"I think Julie goes to see Elizabeth because she is confused and concerned," says Greer. "Maybe she just wants to see the other woman. When you find out your husband‘s been cheating, you‘re taken over by feelings of jealousy and inadequacy and anger and sadness and maybe she just wants to get a look at the woman who ruined everything she thought she had. She also has an incredible amount of compassion for Matt‘s situation. The beauty of the scene and the way that it is written is that it is all of these things at once. She becomes taken over by what she‘s really feeling."

Confusion also reigns in the emotions of Matt‘s father-in-law Scott Thorson, portrayed by veteran screen and television star Robert Forster (JACKIE BROWN, MULHOLLAND DRIVE). A retired military man with a crusty drill sergeant‘s temperament, Scott is already dealing with his wife‘s Alzheimer‘s when he learns that his daughter‘s life is on the line. He channels all his frustration directly into blaming Matt.

"Scott regards his son-in-law as a grave disappointment," explains Forster. "He thinks his daughter was too much for him, she had too much spirit for this guy. Matt‘s got a lot of money but not a lot of drive, so he never rose to Scott‘s expectations of what a serious man should be. Scott‘s commanded men all his life, and Matt doesn‘t pass muster for him."

On Matt‘s side of the family, things are proceeding no more smoothly, especially when he starts to balk at an agreed-upon deal to sell the family‘s high-worth land to a local developer of golf resorts. This brings him into conflict with his laid-back cousin Hugh, played by two-time Golden Globe® winner Beau Bridges.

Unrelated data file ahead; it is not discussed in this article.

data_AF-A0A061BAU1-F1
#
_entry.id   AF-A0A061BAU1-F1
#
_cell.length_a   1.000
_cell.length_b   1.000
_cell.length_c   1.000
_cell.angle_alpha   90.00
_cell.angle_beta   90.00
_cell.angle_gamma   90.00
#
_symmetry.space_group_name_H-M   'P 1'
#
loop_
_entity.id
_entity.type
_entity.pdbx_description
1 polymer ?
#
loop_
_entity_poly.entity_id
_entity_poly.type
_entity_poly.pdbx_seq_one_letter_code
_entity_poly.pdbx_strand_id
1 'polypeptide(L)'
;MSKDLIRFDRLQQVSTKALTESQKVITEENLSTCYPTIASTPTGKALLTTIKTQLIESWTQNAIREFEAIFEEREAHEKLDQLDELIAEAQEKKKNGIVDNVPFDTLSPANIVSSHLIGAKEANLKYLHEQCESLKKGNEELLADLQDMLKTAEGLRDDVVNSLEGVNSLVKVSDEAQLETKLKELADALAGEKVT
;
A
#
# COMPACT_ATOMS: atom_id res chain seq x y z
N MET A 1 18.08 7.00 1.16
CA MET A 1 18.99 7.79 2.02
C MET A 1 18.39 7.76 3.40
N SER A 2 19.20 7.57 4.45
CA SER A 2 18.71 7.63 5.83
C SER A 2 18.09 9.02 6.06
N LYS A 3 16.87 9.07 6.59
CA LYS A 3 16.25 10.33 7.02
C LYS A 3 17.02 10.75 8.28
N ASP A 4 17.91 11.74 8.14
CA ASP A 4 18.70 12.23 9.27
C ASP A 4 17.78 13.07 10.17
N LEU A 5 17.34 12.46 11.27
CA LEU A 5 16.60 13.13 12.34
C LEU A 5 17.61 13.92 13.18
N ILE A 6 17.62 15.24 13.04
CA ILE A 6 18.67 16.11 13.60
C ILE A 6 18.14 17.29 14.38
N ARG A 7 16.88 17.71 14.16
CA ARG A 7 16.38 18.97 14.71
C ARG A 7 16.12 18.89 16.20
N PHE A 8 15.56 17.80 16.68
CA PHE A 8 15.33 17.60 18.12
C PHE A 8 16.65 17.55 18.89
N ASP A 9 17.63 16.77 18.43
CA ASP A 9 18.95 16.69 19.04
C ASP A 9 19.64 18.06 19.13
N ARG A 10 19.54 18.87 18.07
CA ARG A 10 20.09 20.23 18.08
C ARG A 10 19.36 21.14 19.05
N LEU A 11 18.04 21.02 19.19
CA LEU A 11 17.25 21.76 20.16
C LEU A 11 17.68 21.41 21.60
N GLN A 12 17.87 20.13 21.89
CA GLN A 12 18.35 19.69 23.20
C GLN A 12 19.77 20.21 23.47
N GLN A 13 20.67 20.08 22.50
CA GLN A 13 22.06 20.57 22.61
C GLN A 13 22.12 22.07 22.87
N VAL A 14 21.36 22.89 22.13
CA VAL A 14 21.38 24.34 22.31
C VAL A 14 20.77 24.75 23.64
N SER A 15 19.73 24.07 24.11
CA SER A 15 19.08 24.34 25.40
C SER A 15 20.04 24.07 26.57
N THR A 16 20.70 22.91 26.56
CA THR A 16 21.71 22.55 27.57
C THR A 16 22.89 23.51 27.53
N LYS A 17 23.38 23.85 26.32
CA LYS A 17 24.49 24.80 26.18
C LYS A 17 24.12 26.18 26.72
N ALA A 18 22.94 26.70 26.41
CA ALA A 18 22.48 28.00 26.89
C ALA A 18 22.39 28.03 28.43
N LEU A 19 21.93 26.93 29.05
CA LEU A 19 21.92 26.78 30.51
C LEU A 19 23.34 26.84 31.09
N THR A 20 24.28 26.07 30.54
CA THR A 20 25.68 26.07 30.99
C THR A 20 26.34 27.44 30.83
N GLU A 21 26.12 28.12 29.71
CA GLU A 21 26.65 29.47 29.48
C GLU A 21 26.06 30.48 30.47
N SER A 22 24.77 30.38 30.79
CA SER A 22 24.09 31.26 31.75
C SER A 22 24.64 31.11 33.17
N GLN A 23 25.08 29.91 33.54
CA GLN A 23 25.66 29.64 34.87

Bridges was drawn to the script for a lot of reasons. "Two of the reasons I wanted to be involved are Alexander Payne and George Clooney," he remarks. "These are two guys at the top of their game. I thought that would be pretty interesting."

He was also pulled in by his own passionate connections to Hawaii, a place that is almost a second home to him; he has visited regularly since childhood and attended college at the University of Hawaii. You can watch life unfold there, he says of the islands. Hawaii seems to have retained some of the simplicity of life that is missing elsewhere.

Hugh‘s character reflects back to Matt a way of life he is suddenly questioning. "Hugh is interesting," Bridges muses. "Like Matt, he‘s a mixed descendant of missionaries and Hawaiians, but he wants to sell the land they‘ve inherited. He justifies his position by saying that the land is going to be sold to a local businessman and not to someone who‘s going to build a Wal-Mart . . . but he still wants the money."

Bridges also thinks Hugh believes he‘s looking out for Matt in a time when his cousin might not be thinking straight – even if Matt feels like he‘s finally seeing things clearly for the first time. "I think Hugh, in his heart, truly wants the best for Matt," Bridges concludes, "but he also does not want him to be a fool, and in his mind, not selling this valuable land is just crazy!"

Alexandra‘s overbearingly boyish and goofy best friend Sid, played with abandon by rising teen star Nick Krause, is an interloper into the King family who winds up making his own iconoclastic mark on their road adventure.

Sid kind of serves as Alexandra‘s comic relief, Krause says, "so they hang out together, especially in troubled times. Sid is so laid back that he‘s completely forgotten any social standards. He never knows what to say or how to put anything tactfully. Even though he always means well, he just doesn‘t know how to express it."

That dismaying lack of tact often leads Sid into trouble – as it does when Alexandra‘s grandfather hauls off and socks him for giggling at his wife. The scene became one of author Kaui Hart Hemmings‘ favorites on screen. "I like it because it's absurd but it also feels so real," she says. "It‘s almost all dialo